Good wasn’t good enough for Zeke Shell.
Heading into this week’s racing action, he had started on the pole twice this season at Kingsport Speedway, but was still frustrated despite nine top-10 finishes in 10 starts.
That all changed Friday night.
The 24-year-old Johnson City driver led flag-to-flag to win his first ever NASCAR-sanctioned race at the 3â„8-mile concrete track.
“I’ve been trying to figure out when I’m going to wake up,” said Shell, driver of the No. 97 Ford. “It’s like, ‘We finally pulled one off.’ This feeling of winning is truly incredible.”
Shell, whose background includes nearly 300 wins in go-karts, had been winless in nearly six years of racing stock cars.
In the weeks leading up to Friday’s victory, Shell would start out strong and often fade as the race wore on. During this past week, Shell along with his father, Pat Shell, and longtime friend, Scott Clark, made a commitment to keep working on the car to keep it the fastest one on the track.
“We decided we didn’t want a third-place car and we weren’t going to stop until we got to first,” Shell said. “We changed every bolt on the car.”
Shell’s win came in the second of twin 30-lap Late Model features. In the first race for the NASCAR Weekly All-American Series, Shell started fifth and finished third, behind winner Nate Monteith and on runner-up Daniel Pope’s bumper at the end of the race.
In the second race, Shell started on the outside of Lee Tissot on the front row, but quickly moved into the lead. Running a strong pace, Shell built up a full straightaway advantage over the ensuing laps.
Brian Rose’s late-race spin, brought out the caution and set up a five-lap sprint to the finish. With Pope moving past Tissot into second-place, Shell quickly pulled away from both drivers and the rest of the field.
“Every week, I’ve been racing with them and they’re really competitive,” Shell said. “I really didn’t see much of them at all in that race. I was kind of out there by myself.”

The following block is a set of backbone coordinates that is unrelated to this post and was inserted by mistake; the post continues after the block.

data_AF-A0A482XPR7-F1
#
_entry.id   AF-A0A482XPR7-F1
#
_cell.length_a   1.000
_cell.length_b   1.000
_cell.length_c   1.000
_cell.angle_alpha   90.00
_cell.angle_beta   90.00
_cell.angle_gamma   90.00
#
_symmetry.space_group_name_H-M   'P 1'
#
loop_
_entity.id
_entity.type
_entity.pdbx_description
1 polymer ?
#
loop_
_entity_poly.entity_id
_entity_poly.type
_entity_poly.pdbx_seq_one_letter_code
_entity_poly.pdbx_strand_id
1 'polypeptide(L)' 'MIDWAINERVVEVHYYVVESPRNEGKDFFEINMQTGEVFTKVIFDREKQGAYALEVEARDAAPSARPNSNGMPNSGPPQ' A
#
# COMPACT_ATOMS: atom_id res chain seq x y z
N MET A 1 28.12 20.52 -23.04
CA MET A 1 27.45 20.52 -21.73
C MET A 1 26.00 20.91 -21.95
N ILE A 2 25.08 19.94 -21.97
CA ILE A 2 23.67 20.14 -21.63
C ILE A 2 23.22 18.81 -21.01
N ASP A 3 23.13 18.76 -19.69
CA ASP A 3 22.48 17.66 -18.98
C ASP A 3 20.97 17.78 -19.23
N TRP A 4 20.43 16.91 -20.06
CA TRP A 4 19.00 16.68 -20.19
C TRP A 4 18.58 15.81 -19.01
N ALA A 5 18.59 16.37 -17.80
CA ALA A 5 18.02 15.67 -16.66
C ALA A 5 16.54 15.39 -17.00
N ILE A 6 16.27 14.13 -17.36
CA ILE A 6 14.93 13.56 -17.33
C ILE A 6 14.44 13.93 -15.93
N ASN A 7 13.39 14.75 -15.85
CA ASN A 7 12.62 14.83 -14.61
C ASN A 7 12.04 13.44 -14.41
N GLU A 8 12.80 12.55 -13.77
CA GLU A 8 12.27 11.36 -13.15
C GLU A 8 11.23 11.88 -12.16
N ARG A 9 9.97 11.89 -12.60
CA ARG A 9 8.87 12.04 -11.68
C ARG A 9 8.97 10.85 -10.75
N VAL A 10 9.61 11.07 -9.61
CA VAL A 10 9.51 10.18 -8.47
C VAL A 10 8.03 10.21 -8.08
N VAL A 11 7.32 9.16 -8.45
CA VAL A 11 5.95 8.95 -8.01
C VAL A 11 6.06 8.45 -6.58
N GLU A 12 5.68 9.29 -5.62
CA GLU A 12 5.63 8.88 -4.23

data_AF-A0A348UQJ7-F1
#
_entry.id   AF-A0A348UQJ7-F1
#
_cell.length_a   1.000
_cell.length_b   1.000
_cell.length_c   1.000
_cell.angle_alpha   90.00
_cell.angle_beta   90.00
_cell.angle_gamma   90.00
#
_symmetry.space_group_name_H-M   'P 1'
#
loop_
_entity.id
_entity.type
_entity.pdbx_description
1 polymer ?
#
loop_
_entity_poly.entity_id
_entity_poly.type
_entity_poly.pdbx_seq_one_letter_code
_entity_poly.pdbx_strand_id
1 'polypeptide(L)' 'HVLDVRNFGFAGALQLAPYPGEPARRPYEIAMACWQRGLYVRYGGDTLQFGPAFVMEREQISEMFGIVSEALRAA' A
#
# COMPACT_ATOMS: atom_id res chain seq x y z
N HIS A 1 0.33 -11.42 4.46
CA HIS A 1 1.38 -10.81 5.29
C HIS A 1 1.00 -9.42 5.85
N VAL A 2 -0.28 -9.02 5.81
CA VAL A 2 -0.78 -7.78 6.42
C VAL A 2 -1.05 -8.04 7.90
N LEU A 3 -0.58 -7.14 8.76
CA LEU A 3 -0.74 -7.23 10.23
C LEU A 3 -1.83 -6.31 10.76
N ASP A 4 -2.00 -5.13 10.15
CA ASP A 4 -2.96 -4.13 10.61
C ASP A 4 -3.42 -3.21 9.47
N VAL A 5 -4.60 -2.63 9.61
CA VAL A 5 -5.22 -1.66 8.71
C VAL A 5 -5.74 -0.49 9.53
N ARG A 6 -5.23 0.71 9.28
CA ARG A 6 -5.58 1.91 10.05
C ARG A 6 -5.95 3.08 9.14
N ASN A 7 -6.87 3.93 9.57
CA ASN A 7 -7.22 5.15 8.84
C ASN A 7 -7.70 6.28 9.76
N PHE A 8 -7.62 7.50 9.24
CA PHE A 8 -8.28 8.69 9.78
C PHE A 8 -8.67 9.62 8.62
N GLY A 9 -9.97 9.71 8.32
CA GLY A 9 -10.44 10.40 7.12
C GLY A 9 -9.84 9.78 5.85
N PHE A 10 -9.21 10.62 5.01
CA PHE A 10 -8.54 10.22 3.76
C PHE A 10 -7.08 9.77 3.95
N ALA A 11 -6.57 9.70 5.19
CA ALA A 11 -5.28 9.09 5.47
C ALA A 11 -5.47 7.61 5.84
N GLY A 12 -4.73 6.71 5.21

His fellow competitors reaction to the win was most surprising to Shell. It showed the respect he has gained throughout the pit area.
“They wasn’t one of them who didn’t come up and congratulate me,” Shell said. “Even though we’re competitors, every single one of them was happy. That makes me feel good. They’re all great racers and great competitors.”
His fellow racers knew what a tough time Shell and his team had gone through over the past year.
This past fall, a vicious crash at Motor Mile (Va.) Speedway left him knocked out and his only race car destroyed.
With the car beyond repair, Shell was forced to watch from the sidelines the first part of this season. His luck changed when Kingsport racer John King II made the current car available.
“None of this would be possible if not for John King,” Shell said. “John is a giver. He’s a person who gives more than he expects to receive.
“He had a lot of faith in us that we could do this. He wanted to see the car go to somebody who had his heart into it like he does. He didn’t want to see us not able to keep racing.”
The new race car turned out to be even better than Shell imagined. Equipped with the latest technology, the machine has more forward bite than anything Shell has driven.
That included his old car, which he raced both in the UARA Touring Series and in weekly competition at Motor Mile.
Shell couldn’t explain it, but even in the trying times, there was a feeling his luck about to change. He knew the key was to stay strong even when it looked like a lost cause.
“We’ve had our struggles -- our ups and downs in racing,” he said. “But nonetheless we’ve persevered, and we’ve been rewarded for our perseverance by getting to celebrate a
The celebration was even better with Shell’s biggest supporter, his father who also serves as the team’s crew chief, standing by his side.
“I love to race, and my father (Pat Shell) also loves racing,” he said. “What we accomplished tonight, winning our first race together as father-and-son, it’s something neither of us will ever forget. Besides my father, I also want to thank
the guys who help work on the car and all the sponsors that help us to be able to race.
“Hopefully now that we’ve gotten our first win under our belt, this is just going to be the beginning of winning many more.”
Besides Shell and Monteith, other winners at Kingsport Speedway on Friday night included: Chuck Crigger of Surgoinsville in the Street Stock division, John Ketron of Kingsport in Pure 4, William Hale of Bluff City in Rookie Pure 4 and Hayden Woods of Piney Flats in Legends cars.